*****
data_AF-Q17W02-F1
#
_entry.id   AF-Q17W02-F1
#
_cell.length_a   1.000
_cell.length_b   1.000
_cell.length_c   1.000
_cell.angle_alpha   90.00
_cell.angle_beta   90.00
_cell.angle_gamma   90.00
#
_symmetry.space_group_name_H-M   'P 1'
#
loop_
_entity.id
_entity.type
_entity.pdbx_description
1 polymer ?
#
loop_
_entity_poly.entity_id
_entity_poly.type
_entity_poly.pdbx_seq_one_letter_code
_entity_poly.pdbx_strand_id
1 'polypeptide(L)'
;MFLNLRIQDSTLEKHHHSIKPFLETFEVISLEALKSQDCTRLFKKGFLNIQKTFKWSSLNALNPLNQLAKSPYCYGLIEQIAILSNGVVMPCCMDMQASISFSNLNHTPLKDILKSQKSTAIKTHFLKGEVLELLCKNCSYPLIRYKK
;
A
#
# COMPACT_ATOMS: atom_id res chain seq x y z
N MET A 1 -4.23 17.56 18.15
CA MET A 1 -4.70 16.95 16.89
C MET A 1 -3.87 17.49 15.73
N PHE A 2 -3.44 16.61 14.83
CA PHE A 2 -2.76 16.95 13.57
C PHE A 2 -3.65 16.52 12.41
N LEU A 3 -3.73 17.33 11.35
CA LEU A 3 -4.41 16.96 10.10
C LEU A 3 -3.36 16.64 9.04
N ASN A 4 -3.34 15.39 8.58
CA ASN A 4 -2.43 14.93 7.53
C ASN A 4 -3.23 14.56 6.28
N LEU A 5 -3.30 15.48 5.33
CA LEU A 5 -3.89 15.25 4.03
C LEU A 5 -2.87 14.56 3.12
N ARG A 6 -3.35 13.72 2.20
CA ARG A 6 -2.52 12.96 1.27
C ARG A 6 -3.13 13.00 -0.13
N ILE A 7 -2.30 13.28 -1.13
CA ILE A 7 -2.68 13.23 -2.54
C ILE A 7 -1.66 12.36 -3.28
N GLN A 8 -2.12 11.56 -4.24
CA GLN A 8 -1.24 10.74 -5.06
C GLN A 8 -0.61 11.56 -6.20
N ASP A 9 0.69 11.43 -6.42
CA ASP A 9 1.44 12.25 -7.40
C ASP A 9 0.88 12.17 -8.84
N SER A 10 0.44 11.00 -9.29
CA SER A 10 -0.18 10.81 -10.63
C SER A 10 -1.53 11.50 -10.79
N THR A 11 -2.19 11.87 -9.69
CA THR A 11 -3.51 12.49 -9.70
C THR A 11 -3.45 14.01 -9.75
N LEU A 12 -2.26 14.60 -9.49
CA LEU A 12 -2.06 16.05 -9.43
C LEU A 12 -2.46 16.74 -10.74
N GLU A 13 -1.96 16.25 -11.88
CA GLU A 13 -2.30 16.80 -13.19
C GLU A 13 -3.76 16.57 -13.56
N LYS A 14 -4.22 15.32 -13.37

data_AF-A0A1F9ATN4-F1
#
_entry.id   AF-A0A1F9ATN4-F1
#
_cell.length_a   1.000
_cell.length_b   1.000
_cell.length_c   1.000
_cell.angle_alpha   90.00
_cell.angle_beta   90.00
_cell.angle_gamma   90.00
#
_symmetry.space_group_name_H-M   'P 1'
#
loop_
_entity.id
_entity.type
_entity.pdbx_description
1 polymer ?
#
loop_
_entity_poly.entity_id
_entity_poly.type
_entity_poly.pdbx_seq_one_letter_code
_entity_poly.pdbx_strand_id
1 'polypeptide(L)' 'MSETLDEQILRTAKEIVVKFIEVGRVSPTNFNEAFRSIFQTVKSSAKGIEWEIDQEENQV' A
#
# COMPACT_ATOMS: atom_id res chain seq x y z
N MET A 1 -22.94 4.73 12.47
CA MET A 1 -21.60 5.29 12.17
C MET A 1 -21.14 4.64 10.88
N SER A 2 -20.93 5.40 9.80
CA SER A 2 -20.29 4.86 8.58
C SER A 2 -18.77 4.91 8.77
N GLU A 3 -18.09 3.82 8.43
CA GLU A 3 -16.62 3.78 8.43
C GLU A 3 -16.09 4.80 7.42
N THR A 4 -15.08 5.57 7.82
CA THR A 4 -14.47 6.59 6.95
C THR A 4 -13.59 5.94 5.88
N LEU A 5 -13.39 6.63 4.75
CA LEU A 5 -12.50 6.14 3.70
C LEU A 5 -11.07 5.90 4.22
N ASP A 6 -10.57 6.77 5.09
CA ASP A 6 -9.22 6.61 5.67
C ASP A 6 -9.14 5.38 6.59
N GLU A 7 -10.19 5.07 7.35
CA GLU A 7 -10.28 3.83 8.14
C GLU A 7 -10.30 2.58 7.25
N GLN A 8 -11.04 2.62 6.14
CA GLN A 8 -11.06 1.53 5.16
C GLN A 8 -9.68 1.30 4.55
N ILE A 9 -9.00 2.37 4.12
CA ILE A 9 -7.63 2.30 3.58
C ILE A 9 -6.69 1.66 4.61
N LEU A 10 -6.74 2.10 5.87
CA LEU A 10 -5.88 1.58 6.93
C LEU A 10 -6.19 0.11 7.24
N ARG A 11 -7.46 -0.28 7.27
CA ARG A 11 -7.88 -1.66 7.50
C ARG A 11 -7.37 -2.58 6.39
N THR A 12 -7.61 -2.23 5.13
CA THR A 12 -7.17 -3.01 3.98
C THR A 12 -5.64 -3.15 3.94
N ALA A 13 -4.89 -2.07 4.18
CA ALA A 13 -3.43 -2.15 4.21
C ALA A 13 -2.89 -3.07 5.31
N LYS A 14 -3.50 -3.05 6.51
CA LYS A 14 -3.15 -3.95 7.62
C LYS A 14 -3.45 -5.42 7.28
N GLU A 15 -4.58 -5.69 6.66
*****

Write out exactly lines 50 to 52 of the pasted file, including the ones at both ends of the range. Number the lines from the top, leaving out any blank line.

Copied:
CA ILE A 7 -2.68 13.23 -2.54
C ILE A 7 -1.66 12.36 -3.28
N GLN A 8 -2.12 11.56 -4.24